The holidays are mostly over and 2015 is just around the corner. I know the holiday season is “the most wonderful time of the year” and it is really celebratory, but part of me feels worn out and exhausted. Everyone spends so much time and effort in a pressured peppermint frenzy preparing for the day of that it feels like nobody stops to take a minute and breathe. To top that, this year Christmas at my house was cancelled because so many of my family were sick with the flu and the week was a blur of hand sanitizer, laundry, and Lysol spray. I need a holiday from my holiday. Holidays are cool, but holidays are also stressful. And it sort of makes me want to punch some of those eternally cheerful sparkling elves in the face…..
|Common effects of stress …|
|… On your body||… On your mood||… On your behavior|
I hate new year’s resolutions because it seems like setting yourself up to fail. I do like minor lifestyle changes that turn into major lifestyle changes. I’m resolving to do little things instead.
Mayo Clinic has tons of stress advice so I chose suggestions that seemed feasible for a normal person. Let me know what works for you!
- Saying no isn’t necessarily selfish. When you say no to a new commitment, you’re honoring your existing obligations and ensuring that you’ll be able to devote high-quality time to them.
- Saying no can allow you to try new things. Just because you’ve always helped plan the company softball tournament doesn’t mean you have to do it forever. Saying no gives you time to pursue other interests.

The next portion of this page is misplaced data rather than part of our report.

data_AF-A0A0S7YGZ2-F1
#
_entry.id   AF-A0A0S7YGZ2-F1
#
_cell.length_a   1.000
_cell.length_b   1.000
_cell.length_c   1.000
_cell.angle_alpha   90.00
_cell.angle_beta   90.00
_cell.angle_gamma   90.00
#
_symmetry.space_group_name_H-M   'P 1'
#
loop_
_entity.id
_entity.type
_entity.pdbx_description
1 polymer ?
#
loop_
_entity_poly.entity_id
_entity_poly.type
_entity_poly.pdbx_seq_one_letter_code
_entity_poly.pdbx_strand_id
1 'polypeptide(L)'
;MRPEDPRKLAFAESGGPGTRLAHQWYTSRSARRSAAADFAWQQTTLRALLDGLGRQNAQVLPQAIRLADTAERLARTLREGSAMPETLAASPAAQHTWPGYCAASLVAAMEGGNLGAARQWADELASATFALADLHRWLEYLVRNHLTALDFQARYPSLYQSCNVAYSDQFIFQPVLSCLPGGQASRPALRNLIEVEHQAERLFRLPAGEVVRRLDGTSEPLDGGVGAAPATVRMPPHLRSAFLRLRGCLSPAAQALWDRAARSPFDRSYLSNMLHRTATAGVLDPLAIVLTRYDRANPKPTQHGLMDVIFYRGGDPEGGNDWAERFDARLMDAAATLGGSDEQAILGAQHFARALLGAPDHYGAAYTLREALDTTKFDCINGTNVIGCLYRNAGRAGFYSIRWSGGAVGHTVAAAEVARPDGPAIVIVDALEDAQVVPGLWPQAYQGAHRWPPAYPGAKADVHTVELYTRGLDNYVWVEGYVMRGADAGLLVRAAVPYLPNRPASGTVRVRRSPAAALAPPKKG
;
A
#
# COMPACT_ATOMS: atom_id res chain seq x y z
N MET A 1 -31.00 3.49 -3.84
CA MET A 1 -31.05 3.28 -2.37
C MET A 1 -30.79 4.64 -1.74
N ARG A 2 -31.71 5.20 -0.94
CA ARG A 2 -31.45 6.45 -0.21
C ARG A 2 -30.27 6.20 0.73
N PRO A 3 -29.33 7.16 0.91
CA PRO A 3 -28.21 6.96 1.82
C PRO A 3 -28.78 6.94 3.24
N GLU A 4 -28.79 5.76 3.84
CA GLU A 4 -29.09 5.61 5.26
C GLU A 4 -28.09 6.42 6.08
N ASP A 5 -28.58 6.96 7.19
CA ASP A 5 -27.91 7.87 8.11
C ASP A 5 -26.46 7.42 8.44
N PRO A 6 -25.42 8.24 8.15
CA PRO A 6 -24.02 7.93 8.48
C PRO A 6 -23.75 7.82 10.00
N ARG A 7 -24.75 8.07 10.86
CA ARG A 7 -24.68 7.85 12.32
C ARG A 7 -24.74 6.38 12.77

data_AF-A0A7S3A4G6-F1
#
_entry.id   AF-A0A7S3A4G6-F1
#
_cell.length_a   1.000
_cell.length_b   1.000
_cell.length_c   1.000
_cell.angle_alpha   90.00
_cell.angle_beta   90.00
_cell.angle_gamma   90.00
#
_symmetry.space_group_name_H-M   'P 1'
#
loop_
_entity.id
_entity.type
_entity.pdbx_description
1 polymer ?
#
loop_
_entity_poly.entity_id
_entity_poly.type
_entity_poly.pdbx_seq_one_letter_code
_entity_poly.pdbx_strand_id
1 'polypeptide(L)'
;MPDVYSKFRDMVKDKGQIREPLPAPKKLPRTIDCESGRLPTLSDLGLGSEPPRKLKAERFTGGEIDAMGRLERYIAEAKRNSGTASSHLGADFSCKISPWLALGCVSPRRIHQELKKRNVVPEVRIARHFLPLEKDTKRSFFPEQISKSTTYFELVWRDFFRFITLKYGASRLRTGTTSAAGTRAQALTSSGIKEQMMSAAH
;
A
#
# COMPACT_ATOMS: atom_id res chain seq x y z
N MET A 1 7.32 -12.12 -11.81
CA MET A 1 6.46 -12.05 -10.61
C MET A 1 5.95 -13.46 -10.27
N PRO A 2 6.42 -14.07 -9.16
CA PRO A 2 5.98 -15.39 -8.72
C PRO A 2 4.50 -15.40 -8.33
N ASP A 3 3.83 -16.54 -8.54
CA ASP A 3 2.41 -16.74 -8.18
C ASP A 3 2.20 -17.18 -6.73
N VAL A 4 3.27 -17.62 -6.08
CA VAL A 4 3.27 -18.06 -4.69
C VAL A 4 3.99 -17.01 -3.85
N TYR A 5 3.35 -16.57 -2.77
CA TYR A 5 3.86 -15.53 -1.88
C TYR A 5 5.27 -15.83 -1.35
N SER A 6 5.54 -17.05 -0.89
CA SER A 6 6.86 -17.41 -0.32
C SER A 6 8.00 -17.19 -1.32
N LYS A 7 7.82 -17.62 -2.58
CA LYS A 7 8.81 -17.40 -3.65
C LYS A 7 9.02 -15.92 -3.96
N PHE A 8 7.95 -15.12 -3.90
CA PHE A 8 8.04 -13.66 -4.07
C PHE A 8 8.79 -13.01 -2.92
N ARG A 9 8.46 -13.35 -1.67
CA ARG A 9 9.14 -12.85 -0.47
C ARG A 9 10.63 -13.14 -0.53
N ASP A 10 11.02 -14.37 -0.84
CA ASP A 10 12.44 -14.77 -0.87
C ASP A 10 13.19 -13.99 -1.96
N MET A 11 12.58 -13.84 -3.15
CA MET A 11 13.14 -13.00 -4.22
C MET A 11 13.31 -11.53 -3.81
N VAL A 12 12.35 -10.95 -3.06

- Always saying yes isn’t healthy. When you’re overcommitted and under too much stress, you’re more likely to feel run-down and possibly get sick.
- Saying yes can cut others out. On the other hand, when you say no, you open the door for others to step up. They may not do things the way you would, but that’s OK. They’ll find their own way.
- Find ways to relax. A warm bath before bedtime can help prepare you for sleep. Having your partner give you a massage also may help relax you. Create a relaxing bedtime ritual, such as reading, soft music, breathing exercises, yoga or prayer.
- Make the bed comfortable. Having a comfortable pillow and mattress can help promote a good night’s sleep. In general, latex, contour foam and polyester pillows perform better than feather or regular foam pillows, but the choice comes down to your personal preference. Similarly, the choice of a firm or soft mattress is largely a matter of individual preference. You may need to experiment to find what works for you.
- Create a sleep-friendly space. Close your bedroom door or create a subtle background noise, such as a running fan, to help drown out other noises. Keep your bedroom temperature comfortable, usually cooler than during the day and dark. Don’t keep a computer or TV in your bedroom.
- Hide the clocks. Set your alarm so that you know when to get up, but then hide all clocks in your bedroom, including your wristwatch and cellphone. You’ll sleep better if the clocks are out of view.
- Get out of bed if you’re not sleeping. Sleep as much as needed to feel rested, and then get out of bed. The bedroom should be used for sleep and intimacy. So, if you can’t sleep, get out of bed after 20 minutes and do something relaxing, such as reading, rather than lying in bed and getting frustrated about your wakefulness.
Types of relaxation techniques